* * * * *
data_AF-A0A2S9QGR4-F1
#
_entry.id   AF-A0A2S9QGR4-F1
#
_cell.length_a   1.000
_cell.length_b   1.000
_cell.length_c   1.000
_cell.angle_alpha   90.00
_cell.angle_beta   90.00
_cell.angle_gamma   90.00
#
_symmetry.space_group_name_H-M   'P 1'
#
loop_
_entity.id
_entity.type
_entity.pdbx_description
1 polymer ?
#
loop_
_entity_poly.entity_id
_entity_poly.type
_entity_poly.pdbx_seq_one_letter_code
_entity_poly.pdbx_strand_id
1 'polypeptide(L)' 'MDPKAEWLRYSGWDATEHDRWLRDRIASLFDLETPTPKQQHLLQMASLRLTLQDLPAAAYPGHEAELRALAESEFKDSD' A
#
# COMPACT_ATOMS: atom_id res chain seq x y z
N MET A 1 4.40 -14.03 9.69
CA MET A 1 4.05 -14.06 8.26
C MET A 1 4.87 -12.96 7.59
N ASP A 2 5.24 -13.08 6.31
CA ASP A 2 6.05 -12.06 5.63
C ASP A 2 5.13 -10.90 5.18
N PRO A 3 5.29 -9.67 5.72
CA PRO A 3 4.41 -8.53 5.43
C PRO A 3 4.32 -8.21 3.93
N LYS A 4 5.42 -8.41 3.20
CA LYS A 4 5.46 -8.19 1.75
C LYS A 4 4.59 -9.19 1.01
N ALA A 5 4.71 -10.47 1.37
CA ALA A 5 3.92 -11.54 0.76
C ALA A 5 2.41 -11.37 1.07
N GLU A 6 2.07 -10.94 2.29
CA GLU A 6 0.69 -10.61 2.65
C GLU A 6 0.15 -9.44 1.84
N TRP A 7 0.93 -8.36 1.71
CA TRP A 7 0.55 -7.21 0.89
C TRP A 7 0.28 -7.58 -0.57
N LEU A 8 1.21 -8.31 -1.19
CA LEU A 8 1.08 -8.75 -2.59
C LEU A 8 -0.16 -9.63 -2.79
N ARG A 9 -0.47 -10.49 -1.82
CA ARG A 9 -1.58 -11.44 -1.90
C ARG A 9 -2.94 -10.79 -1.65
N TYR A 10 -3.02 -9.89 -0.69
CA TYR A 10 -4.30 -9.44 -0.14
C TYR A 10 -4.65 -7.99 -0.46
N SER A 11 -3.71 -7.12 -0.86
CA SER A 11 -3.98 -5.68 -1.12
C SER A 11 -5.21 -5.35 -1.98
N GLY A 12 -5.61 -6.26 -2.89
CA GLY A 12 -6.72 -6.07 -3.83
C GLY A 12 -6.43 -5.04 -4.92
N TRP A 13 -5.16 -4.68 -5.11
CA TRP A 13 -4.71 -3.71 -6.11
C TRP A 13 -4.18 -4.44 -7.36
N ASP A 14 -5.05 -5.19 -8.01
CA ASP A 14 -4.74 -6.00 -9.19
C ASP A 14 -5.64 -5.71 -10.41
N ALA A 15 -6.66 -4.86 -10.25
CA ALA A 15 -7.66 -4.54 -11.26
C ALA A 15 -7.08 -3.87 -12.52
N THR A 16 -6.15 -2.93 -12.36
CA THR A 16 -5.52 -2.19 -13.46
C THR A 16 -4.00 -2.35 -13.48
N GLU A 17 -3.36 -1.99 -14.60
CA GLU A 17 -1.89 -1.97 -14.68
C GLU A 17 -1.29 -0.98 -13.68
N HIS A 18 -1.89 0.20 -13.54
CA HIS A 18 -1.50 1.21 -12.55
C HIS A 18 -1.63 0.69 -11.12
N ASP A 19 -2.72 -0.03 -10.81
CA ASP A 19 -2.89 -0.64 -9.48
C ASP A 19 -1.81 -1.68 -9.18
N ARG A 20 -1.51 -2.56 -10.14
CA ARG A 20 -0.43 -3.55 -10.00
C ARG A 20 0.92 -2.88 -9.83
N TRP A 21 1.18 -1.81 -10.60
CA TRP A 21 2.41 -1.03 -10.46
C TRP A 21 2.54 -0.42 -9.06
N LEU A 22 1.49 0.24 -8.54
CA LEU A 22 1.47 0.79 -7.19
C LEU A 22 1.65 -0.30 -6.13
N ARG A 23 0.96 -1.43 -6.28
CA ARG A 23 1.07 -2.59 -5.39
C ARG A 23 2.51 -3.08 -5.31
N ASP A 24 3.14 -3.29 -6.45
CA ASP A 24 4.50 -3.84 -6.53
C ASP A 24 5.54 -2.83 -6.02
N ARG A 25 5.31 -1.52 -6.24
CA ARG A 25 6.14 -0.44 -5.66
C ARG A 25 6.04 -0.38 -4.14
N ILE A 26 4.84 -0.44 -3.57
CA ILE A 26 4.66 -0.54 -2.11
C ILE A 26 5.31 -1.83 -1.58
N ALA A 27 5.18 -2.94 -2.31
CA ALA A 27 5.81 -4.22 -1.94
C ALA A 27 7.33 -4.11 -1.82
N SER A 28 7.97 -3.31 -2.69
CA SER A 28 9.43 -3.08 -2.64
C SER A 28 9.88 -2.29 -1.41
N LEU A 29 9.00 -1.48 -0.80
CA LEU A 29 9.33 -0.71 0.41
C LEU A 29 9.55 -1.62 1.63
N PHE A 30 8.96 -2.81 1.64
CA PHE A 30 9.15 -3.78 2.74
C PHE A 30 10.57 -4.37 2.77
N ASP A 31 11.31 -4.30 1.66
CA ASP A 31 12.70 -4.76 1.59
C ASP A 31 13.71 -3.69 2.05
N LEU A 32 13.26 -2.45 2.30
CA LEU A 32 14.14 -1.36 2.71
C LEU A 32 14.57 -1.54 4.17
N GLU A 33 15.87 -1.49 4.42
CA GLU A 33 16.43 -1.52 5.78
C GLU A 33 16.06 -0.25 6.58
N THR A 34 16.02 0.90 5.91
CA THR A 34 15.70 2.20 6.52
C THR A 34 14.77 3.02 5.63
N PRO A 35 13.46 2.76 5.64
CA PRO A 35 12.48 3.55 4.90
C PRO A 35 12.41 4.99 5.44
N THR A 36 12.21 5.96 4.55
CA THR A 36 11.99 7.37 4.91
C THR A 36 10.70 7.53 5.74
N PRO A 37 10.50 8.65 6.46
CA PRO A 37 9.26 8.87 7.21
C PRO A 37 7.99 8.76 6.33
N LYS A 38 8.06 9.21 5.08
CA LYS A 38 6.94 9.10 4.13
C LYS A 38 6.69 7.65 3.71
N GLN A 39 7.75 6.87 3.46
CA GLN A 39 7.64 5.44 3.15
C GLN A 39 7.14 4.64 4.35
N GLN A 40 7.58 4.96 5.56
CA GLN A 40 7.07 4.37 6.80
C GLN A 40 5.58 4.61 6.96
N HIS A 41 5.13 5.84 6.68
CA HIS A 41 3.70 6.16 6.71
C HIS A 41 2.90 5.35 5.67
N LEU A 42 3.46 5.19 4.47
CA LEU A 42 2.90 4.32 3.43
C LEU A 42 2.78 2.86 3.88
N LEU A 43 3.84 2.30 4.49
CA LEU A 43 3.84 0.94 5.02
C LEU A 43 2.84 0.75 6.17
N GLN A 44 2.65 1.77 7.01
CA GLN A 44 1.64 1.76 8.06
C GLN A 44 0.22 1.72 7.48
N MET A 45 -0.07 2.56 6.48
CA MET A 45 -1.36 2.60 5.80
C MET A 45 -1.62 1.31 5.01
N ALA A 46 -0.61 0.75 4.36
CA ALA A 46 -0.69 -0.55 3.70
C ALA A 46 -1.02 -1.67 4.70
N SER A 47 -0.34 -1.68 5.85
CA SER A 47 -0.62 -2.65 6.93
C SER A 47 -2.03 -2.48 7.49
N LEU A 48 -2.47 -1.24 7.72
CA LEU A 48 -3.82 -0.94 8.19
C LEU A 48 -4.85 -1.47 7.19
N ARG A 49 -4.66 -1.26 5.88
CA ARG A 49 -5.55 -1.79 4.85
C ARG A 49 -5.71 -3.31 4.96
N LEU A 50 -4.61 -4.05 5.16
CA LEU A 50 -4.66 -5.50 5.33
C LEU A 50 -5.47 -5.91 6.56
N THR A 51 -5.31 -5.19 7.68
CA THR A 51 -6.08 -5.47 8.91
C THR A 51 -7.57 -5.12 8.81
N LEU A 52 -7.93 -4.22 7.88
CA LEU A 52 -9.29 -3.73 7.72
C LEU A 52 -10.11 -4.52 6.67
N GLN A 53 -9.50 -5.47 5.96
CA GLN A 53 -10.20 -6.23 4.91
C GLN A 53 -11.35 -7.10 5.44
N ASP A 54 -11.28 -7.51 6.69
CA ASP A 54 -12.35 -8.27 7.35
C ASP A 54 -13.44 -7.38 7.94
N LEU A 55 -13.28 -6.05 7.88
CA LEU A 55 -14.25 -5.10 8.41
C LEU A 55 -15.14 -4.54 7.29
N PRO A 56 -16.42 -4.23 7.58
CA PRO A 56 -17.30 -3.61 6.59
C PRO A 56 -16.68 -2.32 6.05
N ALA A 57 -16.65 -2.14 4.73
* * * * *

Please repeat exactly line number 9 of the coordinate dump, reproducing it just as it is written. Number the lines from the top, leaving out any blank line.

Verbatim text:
_cell.angle_beta   90.00